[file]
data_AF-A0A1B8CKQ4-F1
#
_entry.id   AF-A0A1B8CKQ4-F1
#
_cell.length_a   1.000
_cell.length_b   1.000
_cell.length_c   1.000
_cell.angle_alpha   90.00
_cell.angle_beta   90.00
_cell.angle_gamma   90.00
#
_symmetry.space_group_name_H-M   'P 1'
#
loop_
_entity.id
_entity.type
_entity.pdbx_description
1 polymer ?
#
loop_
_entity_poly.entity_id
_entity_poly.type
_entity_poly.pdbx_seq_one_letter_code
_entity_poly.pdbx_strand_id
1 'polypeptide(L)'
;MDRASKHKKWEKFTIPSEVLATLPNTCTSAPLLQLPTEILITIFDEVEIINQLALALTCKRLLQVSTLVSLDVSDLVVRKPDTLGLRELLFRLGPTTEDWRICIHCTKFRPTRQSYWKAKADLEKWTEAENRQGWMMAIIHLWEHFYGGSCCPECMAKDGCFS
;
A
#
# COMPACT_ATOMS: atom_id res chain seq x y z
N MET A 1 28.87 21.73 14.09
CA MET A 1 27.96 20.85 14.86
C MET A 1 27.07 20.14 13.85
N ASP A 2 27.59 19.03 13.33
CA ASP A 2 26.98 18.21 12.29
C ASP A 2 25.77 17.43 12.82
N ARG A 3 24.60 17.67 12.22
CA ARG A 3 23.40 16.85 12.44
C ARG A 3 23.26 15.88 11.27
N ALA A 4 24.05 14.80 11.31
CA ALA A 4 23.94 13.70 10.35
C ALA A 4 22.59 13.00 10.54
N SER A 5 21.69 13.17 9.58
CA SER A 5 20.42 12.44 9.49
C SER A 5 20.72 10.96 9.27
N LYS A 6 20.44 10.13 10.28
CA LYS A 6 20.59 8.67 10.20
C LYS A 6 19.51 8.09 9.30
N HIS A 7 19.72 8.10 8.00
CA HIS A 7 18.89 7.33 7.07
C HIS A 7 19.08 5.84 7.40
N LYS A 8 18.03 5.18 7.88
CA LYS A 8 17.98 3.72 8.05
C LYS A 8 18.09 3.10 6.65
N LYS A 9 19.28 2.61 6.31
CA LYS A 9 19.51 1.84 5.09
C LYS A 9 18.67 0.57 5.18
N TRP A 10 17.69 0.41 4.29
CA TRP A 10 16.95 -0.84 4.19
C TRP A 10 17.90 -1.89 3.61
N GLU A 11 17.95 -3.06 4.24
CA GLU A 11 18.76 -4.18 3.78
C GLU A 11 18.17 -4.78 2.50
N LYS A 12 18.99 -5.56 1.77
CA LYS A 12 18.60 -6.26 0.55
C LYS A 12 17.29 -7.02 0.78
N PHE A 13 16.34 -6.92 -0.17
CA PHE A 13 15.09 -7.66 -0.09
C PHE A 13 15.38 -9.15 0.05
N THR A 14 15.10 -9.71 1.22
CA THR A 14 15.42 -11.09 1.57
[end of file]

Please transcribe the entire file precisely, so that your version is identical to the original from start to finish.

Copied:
data_AF-A0A1B8CKQ4-F1
#
_entry.id   AF-A0A1B8CKQ4-F1
#
_cell.length_a   1.000
_cell.length_b   1.000
_cell.length_c   1.000
_cell.angle_alpha   90.00
_cell.angle_beta   90.00
_cell.angle_gamma   90.00
#
_symmetry.space_group_name_H-M   'P 1'
#
loop_
_entity.id
_entity.type
_entity.pdbx_description
1 polymer ?
#
loop_
_entity_poly.entity_id
_entity_poly.type
_entity_poly.pdbx_seq_one_letter_code
_entity_poly.pdbx_strand_id
1 'polypeptide(L)'
;MDRASKHKKWEKFTIPSEVLATLPNTCTSAPLLQLPTEILITIFDEVEIINQLALALTCKRLLQVSTLVSLDVSDLVVRKPDTLGLRELLFRLGPTTEDWRICIHCTKFRPTRQSYWKAKADLEKWTEAENRQGWMMAIIHLWEHFYGGSCCPECMAKDGCFS
;
A
#
# COMPACT_ATOMS: atom_id res chain seq x y z
N MET A 1 28.87 21.73 14.09
CA MET A 1 27.96 20.85 14.86
C MET A 1 27.07 20.14 13.85
N ASP A 2 27.59 19.03 13.33
CA ASP A 2 26.98 18.21 12.29
C ASP A 2 25.77 17.43 12.82
N ARG A 3 24.60 17.67 12.22
CA ARG A 3 23.40 16.85 12.44
C ARG A 3 23.26 15.88 11.27
N ALA A 4 24.05 14.80 11.31
CA ALA A 4 23.94 13.70 10.35
C ALA A 4 22.59 13.00 10.54
N SER A 5 21.69 13.17 9.58
CA SER A 5 20.42 12.44 9.49
C SER A 5 20.72 10.96 9.27
N LYS A 6 20.44 10.13 10.28
CA LYS A 6 20.59 8.67 10.20
C LYS A 6 19.51 8.09 9.30
N HIS A 7 19.72 8.10 8.00
CA HIS A 7 18.89 7.33 7.07
C HIS A 7 19.08 5.84 7.40
N LYS A 8 18.03 5.18 7.88
CA LYS A 8 17.98 3.72 8.05
C LYS A 8 18.09 3.10 6.65
N LYS A 9 19.28 2.61 6.31
CA LYS A 9 19.51 1.84 5.09
C LYS A 9 18.67 0.57 5.18
N TRP A 10 17.69 0.41 4.29
CA TRP A 10 16.95 -0.84 4.19
C TRP A 10 17.90 -1.89 3.61
N GLU A 11 17.95 -3.06 4.24
CA GLU A 11 18.76 -4.18 3.78
C GLU A 11 18.17 -4.78 2.50
N LYS A 12 18.99 -5.56 1.77
CA LYS A 12 18.60 -6.26 0.55
C LYS A 12 17.29 -7.02 0.78
N PHE A 13 16.34 -6.92 -0.17
CA PHE A 13 15.09 -7.66 -0.09
C PHE A 13 15.38 -9.15 0.05
N THR A 14 15.10 -9.71 1.22
CA THR A 14 15.42 -11.09 1.57